H.P. Lovecraft Quotes
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The appeal of the spectrally macabre is generally narrow because it demands from the reader a certain degree of imagination and a capacity for detachment from everyday life.
All rationalism tends to minimalise the value and the importance of life and to decrease the sum total of human happiness.
The oldest and strongest emotion of mankind is fear, and the oldest and strongest kind of fear is fear of the unknown.
Unhappy is he to whom the memories of childhood bring only fear and sadness.
I fear my enthusiasm flags when real work is demanded of me.
To the scientist there is the joy in pursuing truth which nearly counteracts the depressing revelations of truth.
Imagination is a very potent thing, and in the uneducated often usurps the place of genuine experience.
Fear is our deepest and strongest emotion, and the one which best lends itself to the creation of nature-defying illusions.
What a man does for pay is of little significance. What he is, as a sensitive instrument responsive to the world's beauty, is everything!
But more wonderful than the lore of old men and the lore of books is the secret lore of ocean.
That metre itself forms an essential part of all true poetry is a principle which not even the assertions of an Aristotle or the pronouncements of a Plato can disestablish.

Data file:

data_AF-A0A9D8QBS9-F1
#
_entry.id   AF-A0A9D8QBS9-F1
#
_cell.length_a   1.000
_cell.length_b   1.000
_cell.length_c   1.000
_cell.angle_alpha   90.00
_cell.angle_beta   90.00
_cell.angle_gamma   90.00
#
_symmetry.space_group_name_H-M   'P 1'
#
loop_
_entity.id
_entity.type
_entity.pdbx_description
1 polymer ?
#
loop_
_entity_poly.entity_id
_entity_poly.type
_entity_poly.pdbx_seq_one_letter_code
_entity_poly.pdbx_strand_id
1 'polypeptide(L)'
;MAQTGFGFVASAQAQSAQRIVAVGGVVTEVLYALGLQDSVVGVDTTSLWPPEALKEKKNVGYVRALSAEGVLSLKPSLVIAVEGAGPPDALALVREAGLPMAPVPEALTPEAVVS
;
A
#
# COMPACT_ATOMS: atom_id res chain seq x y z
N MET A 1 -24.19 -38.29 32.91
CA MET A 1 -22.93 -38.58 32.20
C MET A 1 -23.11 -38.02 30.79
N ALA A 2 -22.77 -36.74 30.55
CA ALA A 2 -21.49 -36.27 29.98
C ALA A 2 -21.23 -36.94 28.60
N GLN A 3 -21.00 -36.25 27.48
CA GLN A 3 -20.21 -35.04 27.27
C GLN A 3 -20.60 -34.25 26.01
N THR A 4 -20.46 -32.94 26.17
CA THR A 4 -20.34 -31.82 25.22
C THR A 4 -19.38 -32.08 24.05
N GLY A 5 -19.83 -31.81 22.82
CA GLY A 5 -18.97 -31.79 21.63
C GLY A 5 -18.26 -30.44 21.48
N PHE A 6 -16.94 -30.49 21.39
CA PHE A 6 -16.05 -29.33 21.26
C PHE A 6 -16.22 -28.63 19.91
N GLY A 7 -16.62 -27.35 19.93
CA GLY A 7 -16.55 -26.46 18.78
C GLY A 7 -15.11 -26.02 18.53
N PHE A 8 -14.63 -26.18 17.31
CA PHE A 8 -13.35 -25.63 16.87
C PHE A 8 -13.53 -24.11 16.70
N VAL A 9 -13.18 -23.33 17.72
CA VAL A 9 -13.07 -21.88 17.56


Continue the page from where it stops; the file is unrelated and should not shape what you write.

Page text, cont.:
There are horrors beyond life's edge that we do not suspect, and once in a while man's evil prying calls them just within our range.
In search of Truth the hopeful zealot goes, But all the sadder tums, the more he knows!
Bunch together a group of people deliberately chosen for strong religious feelings, and you have a practical guarantee of dark morbidities expressed in crime, perversion, and insanity.
The cat is such a perfect symbol of beauty and superiority that it seems scarcely possible for any true aesthete and civilised cynic to do other than worship it.
The cat . . . is for the man who appreciates beauty as the one living force in a blind and purposeless universe.
The cool, lithe, cynical, and unconquered lord of the housetops.
The basis of all true cosmic horror is violation of the order of nature, and the profoundest violations are always the least concrete and describable.
Life is painful and disappointing. It is useless, therefore, to write new realistic novels. We generally know where we stand in relation to reality and don’t care to know any more.
There are black zones of shadow close to our daily paths, and now and then some evil soul breaks a passage through. When that happens, the man who knows must strike before reckoning the consequences.